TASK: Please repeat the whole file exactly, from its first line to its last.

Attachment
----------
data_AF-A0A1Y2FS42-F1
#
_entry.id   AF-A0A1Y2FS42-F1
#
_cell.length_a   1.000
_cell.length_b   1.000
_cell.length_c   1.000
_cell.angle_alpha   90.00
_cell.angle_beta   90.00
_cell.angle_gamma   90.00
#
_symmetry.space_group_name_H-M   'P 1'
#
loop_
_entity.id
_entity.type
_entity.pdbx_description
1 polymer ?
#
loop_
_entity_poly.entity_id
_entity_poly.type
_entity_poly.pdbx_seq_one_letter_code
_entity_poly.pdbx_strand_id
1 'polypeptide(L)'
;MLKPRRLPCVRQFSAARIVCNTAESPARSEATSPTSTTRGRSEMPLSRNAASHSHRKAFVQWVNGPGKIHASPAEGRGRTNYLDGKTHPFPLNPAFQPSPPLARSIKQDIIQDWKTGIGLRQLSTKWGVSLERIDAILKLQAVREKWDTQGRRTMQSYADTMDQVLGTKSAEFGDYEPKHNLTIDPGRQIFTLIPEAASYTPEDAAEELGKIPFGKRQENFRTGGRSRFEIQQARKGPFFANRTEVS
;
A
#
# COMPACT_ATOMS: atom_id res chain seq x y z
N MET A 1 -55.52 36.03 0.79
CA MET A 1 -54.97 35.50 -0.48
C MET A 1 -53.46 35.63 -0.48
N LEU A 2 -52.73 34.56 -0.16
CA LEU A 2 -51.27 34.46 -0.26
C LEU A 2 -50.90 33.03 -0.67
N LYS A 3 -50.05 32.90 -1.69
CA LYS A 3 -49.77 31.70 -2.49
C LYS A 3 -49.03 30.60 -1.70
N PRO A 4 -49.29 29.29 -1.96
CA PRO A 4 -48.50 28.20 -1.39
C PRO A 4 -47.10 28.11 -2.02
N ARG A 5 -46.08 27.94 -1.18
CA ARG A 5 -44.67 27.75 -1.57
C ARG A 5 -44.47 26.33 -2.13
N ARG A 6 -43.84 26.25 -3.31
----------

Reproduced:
data_AF-A0A1Y2FS42-F1
#
_entry.id   AF-A0A1Y2FS42-F1
#
_cell.length_a   1.000
_cell.length_b   1.000
_cell.length_c   1.000
_cell.angle_alpha   90.00
_cell.angle_beta   90.00
_cell.angle_gamma   90.00
#
_symmetry.space_group_name_H-M   'P 1'
#
loop_
_entity.id
_entity.type
_entity.pdbx_description
1 polymer ?
#
loop_
_entity_poly.entity_id
_entity_poly.type
_entity_poly.pdbx_seq_one_letter_code
_entity_poly.pdbx_strand_id
1 'polypeptide(L)'
;MLKPRRLPCVRQFSAARIVCNTAESPARSEATSPTSTTRGRSEMPLSRNAASHSHRKAFVQWVNGPGKIHASPAEGRGRTNYLDGKTHPFPLNPAFQPSPPLARSIKQDIIQDWKTGIGLRQLSTKWGVSLERIDAILKLQAVREKWDTQGRRTMQSYADTMDQVLGTKSAEFGDYEPKHNLTIDPGRQIFTLIPEAASYTPEDAAEELGKIPFGKRQENFRTGGRSRFEIQQARKGPFFANRTEVS
;
A
#
# COMPACT_ATOMS: atom_id res chain seq x y z
N MET A 1 -55.52 36.03 0.79
CA MET A 1 -54.97 35.50 -0.48
C MET A 1 -53.46 35.63 -0.48
N LEU A 2 -52.73 34.56 -0.16
CA LEU A 2 -51.27 34.46 -0.26
C LEU A 2 -50.90 33.03 -0.67
N LYS A 3 -50.05 32.90 -1.69
CA LYS A 3 -49.77 31.70 -2.49
C LYS A 3 -49.03 30.60 -1.70
N PRO A 4 -49.29 29.29 -1.96
CA PRO A 4 -48.50 28.20 -1.39
C PRO A 4 -47.10 28.11 -2.02
N ARG A 5 -46.08 27.94 -1.18
CA ARG A 5 -44.67 27.75 -1.57
C ARG A 5 -44.47 26.33 -2.13
N ARG A 6 -43.84 26.25 -3.31